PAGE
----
Voters head to polls to vote on Election Day

Click on Travis County cumulative for bond election

Click on elections under election results in center of screen

It’s Election Day and many of the proposals on the ballot could impact you including seven amendments to the State Constitution.

Before you head to the polls, remember that Texas requires voters to show a current photo ID at the poll in order to vote.

The following count as a photo ID:

  • Driver’s license
  • Personal ID card
  • CHL
  • Election ID certificate
  • Passport
  • Military ID card
  • Citizenship or naturalization certificate with photo

More information about polling places and what you need before you head out to vote can be found here.

There's also a new tool to help you decide what to vote for. The League of Women Voters in Texas partnered with Think Voting, a technology start-up based in Austin, to design an app. The Voting App is complete with the proposed 2015 Texas Constitutional Amendment, information about proposed bonds in your county and polling locations. The app is free and can be downloaded to your iPhone or Android here.

Besides the state amendments there are some local bonds on the ballot.

In Travis County, voters are being asked to approve nearly $290 million in bonds for the construction of a new courthouse in downtown Austin. It would be used to build, improve and equip the civil and family courts facilities.

Cedar Park voters are being asked to vote on four bonds that total nearly $100 million and focus on infrastructure and road improvements while Pflugerville voters are being asked to vote on a nearly $11 million bond to build a new animal shelter.

A complete at what's on the ballot from the Travis County Clerk can be found here.

Here's a quick guide from the Associated Press on the constitutional amendments being voted on for Election Day:


The Secretary of State's office is spending $4 million through next year's presidential election on an educational and promotional blitz designed to boost Texas' typically dismal voter turnout.

Less than 34 percent of registered voters cast ballots last year, despite a governor's race. And it was 8.5 percent in 2013, which like this election featured mostly state constitutional amendments.


Voters will decide on Proposition 1, which would increase homeowners' school property tax homestead exemption from $15,000 to $25,000, saving the average family roughly $125 annually while costing the state about $1.2 billion in tax revenue for school districts during the first two years. The Legislature has budgeted extra funding so schools won't see shortfalls, at least in the short term.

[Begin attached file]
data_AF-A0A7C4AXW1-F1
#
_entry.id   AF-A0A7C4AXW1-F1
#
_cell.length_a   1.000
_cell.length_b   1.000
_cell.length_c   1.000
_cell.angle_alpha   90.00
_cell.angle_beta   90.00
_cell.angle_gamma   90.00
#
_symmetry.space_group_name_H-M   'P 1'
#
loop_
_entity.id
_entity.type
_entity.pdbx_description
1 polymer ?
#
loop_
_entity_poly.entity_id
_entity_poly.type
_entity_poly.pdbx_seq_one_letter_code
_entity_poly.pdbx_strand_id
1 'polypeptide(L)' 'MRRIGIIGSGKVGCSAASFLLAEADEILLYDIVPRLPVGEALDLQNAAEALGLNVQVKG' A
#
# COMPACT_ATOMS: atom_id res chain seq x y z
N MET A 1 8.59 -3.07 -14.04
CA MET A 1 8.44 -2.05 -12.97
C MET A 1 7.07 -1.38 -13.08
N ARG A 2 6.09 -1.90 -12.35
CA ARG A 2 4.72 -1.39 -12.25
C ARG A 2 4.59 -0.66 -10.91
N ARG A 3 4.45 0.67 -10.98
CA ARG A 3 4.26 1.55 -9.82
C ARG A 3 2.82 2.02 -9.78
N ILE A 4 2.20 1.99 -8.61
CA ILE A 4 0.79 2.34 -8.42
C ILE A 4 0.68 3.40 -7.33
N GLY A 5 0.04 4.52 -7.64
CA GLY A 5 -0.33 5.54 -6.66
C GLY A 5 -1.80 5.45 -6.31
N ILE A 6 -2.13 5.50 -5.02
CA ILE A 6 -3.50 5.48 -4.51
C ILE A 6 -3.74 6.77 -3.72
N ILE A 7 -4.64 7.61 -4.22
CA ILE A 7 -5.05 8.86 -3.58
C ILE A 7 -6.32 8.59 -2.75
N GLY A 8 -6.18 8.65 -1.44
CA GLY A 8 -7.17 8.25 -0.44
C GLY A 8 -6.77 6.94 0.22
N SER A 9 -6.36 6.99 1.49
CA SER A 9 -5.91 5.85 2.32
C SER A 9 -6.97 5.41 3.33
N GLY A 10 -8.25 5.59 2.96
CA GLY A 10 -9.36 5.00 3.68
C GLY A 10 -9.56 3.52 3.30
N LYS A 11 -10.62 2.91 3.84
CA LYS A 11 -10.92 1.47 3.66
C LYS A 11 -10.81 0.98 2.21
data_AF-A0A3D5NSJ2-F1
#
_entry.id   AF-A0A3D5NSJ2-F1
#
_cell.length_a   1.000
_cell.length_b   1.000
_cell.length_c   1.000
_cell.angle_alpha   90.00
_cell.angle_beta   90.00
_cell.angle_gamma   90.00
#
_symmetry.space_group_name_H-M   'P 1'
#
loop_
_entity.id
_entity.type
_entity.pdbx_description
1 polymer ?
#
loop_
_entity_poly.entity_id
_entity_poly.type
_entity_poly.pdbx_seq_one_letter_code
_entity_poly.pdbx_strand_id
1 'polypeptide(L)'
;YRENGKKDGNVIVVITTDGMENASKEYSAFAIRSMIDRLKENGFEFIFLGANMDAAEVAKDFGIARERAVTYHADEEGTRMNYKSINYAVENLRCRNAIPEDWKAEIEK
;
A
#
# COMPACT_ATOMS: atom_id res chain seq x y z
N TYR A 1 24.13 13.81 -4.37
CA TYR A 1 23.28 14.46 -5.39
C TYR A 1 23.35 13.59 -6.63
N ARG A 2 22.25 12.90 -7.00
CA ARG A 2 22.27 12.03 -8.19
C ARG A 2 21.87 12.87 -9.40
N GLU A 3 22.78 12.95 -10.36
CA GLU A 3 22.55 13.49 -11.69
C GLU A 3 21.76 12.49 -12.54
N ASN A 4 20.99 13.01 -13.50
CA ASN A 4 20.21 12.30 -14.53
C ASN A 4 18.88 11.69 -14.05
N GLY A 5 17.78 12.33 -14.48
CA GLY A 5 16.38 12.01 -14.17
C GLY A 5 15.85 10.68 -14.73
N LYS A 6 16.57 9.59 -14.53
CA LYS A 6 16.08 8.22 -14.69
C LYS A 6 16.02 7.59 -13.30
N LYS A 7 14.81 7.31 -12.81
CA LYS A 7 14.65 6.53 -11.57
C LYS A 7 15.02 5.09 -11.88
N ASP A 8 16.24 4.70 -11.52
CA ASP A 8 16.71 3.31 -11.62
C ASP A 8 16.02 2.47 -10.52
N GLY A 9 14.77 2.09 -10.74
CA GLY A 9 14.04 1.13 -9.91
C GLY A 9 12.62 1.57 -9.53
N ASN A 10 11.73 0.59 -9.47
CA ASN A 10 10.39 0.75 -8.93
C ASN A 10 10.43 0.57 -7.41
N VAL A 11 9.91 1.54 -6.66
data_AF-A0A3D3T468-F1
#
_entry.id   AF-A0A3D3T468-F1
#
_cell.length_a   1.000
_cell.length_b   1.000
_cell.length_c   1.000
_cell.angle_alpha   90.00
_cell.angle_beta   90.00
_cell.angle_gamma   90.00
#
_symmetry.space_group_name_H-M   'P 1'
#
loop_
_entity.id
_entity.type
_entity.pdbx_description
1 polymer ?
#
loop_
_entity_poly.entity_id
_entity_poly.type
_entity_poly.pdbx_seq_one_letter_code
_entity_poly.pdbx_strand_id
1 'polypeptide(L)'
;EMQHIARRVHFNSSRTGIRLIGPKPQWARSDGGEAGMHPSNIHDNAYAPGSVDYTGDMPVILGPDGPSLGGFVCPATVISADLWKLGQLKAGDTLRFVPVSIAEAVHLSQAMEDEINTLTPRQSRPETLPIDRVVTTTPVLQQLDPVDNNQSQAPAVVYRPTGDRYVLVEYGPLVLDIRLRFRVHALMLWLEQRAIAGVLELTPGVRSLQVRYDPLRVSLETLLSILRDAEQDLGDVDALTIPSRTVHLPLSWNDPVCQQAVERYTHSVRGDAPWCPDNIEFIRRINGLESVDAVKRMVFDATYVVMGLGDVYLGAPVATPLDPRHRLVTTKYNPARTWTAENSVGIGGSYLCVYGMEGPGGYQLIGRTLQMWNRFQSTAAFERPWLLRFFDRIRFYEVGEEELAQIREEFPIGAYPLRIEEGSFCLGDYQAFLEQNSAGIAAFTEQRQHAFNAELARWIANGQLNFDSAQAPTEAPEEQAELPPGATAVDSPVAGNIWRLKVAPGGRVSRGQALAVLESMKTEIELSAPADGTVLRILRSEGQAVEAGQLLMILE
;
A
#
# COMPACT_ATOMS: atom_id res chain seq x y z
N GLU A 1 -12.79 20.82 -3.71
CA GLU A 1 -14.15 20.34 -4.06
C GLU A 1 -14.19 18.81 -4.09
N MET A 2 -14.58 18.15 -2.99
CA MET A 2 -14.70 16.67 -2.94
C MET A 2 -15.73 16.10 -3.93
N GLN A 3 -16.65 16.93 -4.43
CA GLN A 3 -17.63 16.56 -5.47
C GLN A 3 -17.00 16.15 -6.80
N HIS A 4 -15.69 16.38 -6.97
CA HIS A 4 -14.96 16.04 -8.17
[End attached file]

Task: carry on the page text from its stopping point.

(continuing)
Proposition 2 also is on the ballot. It offers property tax exemptions to the spouses of totally disabled veterans who died before January 2010. Similar exemptions already exist for spouses of totally disabled veterans who died in 2011 or later.


The Land and Agriculture commissioners, comptroller, attorney general and members of the Rail Road Commission would be allowed to live somewhere other than the state capital if voters approve Proposition 3.

Supporters argue that modern technology allows elected officials to do their jobs from anywhere, though none of those current officeholders say they'll move if given the chance.

It wouldn't apply to the governor and the 1856 Greek Revival-style Austin mansion he occupies, nor the lieutenant governor.


Professional teams would be able to hold charitable raffles at all home games, rather than just twice annually as currently allowed, under Proposition 4. The Dallas Cowboys back it.


Proposition 6 "recognizes the right for people to hunt, fish and harvest wildlife." Supporters say it will protect those activities from future lawsuits.

Though such legal challenges have been sparse, 18 states already have solidified such guarantees in their constitutions.


Proposition 5 would allow counties with fewer than 7,500 people to privatize road construction and maintenance -- up from the current maximum of 5,000 residents. About 70 counties qualify.

Under Proposition 7, when sales tax revenue exceeds $28 billion per fiscal year, the next $2.5 billion would go to road construction and maintenance. This would start in September 2017.

Then, beginning in September 2019, if tax revenue from vehicle sales and rentals exceeds $5 billion per fiscal year, 35 percent of the amount exceeding $5 billion would go road funding.

Top conservatives say the amendment will bolster transportation infrastructure that's been taxed by Texas' booming population without raising taxes.


Voters in the country's fourth largest city are deciding on a nondiscrimination ordinance protecting gay and transgender people. The Houston City Council passed one last year, but the Texas Supreme Court ordered that it be put to a public vote.

The fight for and against the ordinance has been bitter, pitting Houston's mayor, Annise Parker, who is gay, against conservatives worried about men being allowed to use women's public restrooms.

The results could send a signal nationally. Some gay rights groups see local equal rights protections as their next major fight, after the U.S. Supreme Court awarded them the right to marry.


Houston also is voting to replace the term-limited Parker as mayor -- and has no fewer than 13 choices. The race is technically nonpartisan, but the city's last five mayors have all been Democrats and so are the favorites this time: state Rep. Sylvester Turner and former Harris County Sheriff Adrian Garcia. A field of longer-shot hopefuls includes former congressman and unsuccessful 2006 gubernatorial candidate Chris Bell, also a Democrat.